Athlete marketing from Champions to Olympians
The Olympics are about the taking part but, historically, winning played a big role in the typical brand marketing campaign for the Games.
Heading into each event, brands have aligned themselves, above all, with champions and those pushing for gold. Home favourites and national icons offered a similar hook.
Those athletes offer a measure of certainty, with household names guaranteed significant local or even global coverage – provided injury or a surprise failure to qualify do not intervene. They have tended to front activities that have been many months or even years in the planning. These have been defined, too, by the limited capacity of linear media inventory.
Being part of the story
There has been some scope to be reactive when a new star or cult hero has emerged over the course of an Olympic fortnight. More often than not, however, this approach has meant a long lead-in for sponsors to the next edition, and a small window for athletes to capitalise – not least if their sport gets limited coverage away from the Games.
In recent years, though, several brands have shown an appetite for other parts of Olympians’ stories that resonate deeply with fans. Since its debut ahead of Vancouver 2010, Procter & Gamble’s celebrated ‘Thank You, Mom’ campaign has championed those who support elite athletes in pursuing their goals, no matter how close they come. That shift in messaging has recognised that becoming an Olympian is an achievement in itself, demanding sacrifice not just from those competing but family and loved ones as well.
In the digital age, the bandwidth to carry more and different Olympic stories is growing all the time. The International Olympic Committee (IOC) itself has facilitated this by massively expanding access to live coverage through its Olympic Broadcasting Services (OBS) arm, and then by establishing its multi-platform Olympic Channel to carry localised content between Games on a whole range of devices. But the principal acceleration has come through much bigger trends, with social media chief among them.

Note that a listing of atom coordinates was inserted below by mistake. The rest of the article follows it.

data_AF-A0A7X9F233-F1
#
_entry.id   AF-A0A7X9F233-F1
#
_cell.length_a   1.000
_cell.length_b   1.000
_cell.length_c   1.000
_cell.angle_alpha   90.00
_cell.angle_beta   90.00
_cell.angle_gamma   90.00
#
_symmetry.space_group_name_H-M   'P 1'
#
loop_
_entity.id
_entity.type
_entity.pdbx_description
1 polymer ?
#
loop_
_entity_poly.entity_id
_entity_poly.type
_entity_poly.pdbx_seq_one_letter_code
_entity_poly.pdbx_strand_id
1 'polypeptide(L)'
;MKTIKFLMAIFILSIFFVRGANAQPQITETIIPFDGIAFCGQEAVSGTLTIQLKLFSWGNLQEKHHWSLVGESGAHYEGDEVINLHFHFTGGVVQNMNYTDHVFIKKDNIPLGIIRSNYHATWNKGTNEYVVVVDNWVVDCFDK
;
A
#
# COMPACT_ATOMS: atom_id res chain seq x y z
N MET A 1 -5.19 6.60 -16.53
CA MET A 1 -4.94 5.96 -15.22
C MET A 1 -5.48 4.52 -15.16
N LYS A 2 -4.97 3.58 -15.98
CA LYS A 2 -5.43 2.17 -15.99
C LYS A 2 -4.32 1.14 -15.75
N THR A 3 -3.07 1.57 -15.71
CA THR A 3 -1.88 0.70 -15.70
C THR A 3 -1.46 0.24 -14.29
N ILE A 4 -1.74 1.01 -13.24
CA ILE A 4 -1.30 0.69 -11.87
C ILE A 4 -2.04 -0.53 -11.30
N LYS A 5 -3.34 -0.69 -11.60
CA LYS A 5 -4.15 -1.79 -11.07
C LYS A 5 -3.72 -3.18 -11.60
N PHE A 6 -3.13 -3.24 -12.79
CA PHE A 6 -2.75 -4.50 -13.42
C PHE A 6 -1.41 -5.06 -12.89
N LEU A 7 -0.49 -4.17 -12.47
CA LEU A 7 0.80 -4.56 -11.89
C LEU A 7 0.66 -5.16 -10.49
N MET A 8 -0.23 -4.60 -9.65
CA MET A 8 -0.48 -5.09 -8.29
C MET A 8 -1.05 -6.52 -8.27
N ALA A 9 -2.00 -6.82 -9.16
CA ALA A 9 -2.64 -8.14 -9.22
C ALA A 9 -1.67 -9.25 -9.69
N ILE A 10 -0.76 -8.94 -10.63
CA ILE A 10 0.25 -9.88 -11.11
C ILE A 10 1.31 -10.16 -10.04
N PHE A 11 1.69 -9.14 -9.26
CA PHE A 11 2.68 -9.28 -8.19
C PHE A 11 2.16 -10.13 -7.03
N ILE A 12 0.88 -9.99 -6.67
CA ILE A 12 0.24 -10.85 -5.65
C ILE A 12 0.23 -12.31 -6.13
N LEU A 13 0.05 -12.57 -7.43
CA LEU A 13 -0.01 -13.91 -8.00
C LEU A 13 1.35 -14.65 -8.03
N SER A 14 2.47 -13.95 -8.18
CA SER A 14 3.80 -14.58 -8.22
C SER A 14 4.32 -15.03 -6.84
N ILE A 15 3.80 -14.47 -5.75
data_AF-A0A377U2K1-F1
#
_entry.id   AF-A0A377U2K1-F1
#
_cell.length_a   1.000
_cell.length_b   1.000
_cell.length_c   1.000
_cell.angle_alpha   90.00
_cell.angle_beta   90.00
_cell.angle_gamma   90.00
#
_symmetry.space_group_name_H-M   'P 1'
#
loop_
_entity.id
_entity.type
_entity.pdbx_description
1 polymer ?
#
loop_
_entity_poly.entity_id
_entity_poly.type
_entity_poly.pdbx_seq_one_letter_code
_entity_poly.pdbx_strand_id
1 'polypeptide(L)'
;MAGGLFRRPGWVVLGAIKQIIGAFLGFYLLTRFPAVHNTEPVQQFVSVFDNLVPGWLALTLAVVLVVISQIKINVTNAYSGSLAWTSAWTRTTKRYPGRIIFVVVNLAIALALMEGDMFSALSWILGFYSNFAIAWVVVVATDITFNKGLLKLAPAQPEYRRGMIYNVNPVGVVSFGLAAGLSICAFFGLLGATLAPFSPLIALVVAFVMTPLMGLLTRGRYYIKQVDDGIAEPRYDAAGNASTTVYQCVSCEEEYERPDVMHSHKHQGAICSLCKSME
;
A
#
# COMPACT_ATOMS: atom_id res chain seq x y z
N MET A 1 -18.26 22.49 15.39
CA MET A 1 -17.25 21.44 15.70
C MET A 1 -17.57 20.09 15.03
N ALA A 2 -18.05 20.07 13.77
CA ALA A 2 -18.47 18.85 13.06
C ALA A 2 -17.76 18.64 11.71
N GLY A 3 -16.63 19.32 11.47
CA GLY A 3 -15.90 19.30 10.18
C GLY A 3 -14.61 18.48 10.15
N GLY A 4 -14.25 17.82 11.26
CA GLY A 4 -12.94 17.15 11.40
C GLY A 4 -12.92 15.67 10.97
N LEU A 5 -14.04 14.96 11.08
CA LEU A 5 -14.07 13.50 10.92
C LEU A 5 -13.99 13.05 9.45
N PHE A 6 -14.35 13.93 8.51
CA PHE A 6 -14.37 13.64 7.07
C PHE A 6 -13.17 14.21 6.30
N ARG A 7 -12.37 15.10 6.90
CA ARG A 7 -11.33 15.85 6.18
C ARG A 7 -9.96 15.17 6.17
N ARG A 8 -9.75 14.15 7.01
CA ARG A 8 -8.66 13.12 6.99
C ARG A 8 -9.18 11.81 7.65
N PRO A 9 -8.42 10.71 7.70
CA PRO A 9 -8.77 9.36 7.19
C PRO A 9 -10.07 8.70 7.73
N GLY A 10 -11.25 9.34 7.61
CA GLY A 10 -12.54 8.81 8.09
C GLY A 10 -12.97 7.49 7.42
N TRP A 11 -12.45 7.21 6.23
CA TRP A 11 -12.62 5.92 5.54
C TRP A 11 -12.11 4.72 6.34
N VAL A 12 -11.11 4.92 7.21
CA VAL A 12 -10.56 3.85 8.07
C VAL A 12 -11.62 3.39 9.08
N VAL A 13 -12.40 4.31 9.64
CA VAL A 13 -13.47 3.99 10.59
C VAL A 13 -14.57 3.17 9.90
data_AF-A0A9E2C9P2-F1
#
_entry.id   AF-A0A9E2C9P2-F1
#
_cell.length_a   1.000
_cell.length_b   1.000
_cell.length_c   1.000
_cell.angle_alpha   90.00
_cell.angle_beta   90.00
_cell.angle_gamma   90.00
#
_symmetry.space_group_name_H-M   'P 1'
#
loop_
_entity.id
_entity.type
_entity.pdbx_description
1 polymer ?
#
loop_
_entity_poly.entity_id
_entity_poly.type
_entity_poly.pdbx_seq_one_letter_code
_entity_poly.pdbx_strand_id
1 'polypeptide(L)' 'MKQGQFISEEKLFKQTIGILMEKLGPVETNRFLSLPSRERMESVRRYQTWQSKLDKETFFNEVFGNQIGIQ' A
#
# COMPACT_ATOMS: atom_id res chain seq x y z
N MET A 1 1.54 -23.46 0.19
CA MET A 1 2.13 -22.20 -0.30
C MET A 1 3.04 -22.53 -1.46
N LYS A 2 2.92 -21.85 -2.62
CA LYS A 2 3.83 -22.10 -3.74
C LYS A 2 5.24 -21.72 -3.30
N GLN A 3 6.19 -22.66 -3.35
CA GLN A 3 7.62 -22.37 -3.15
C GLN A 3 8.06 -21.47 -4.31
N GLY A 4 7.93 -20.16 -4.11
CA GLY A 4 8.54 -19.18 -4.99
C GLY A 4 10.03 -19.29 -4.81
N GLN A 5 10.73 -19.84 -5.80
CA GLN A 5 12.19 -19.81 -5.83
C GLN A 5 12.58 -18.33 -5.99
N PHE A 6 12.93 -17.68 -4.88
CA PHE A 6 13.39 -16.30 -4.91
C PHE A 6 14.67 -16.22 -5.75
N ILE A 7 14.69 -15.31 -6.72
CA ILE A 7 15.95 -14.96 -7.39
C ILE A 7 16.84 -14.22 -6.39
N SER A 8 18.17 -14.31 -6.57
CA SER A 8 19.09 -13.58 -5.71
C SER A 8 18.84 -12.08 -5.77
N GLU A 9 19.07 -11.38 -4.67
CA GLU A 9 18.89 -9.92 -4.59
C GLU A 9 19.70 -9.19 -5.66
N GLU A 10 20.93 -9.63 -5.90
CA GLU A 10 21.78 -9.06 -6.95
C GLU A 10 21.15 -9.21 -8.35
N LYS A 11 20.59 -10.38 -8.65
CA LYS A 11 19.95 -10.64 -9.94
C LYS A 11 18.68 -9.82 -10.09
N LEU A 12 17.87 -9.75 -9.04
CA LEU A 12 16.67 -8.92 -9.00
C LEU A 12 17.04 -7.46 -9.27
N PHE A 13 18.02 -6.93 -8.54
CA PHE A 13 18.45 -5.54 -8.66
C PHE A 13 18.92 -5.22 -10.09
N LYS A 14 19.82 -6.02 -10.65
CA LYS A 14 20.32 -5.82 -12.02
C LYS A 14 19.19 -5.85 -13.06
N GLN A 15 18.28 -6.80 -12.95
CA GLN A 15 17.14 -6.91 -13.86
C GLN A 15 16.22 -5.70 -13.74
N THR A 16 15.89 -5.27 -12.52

The Influencer Economy
More than ever, athletes are able to relay their own journeys to groups of fans who relate powerfully to them. That is felt not only in terms of their sporting fortunes but the lifestyle, training and dietary choices they make. The influencer economy presents huge opportunities even for athletes in what are mostly thought of as niche Olympic sports – particularly given the desire of endemic brands and manufacturers to reach specialist audiences – and can have an amplifying effect for individual disciplines and the whole movement if harnessed correctly.
Athletes have lobbied with some success for a liberalisation of the IOC’s Rule 40, which limits certain promotional activities for the duration of the Games itself. That decision now lies with individual national Olympic committees, a number of which have given their athletes more grace to explore new avenues with brands. That may be only the start, however, as Olympians seek more ways of giving fans access to life inside the Games and monetising that through partnerships.
The IOC’s own sponsors are beginning to appreciate the value of building networks in this way. Accommodation hub Airbnb has supported the provision of official athlete experiences, allowing Olympians the chance to show fans a part of their home city, or market an Olympic-themed lesson, while sharing the revenues. Those experiences have been taken online during the pandemic but as public health restrictions ease, they carry the promise of localised Olympic events with personalised athlete input in every part of the world.
The power of the digital age
Outside the Olympics, sportspeople have come to understand the potential of digital communities through gaming and shared streams on platforms like Twitch. The possibilities of connected fitness, with athletes offering insight or inspiration for fans testing themselves on platforms like Peloton and Strava, are almost self-explanatory. While the Olympic movement’s relationship with esports is very much at an embryonic stage, the launch of the Olympic Virtual Series – which has licensed digital competition in a number of Olympic sports for the first time – signals a move towards that space.
For technologically focused partners like Intel and Alibaba, digital community creation will be fundamental to the future Olympic ecosystem. For athletes and their sponsors, the chance to bring like-minded fans under the Olympic banner could be transformational.
Much of this remains a matter of negotiation between the IOC, its partners and the athlete body, and the development of some of these initiatives could be more than one Olympiad away from maturity. Nevertheless, it is becoming ever easier to tell the story of each and every Olympian, and the implications of that could revitalise the whole movement.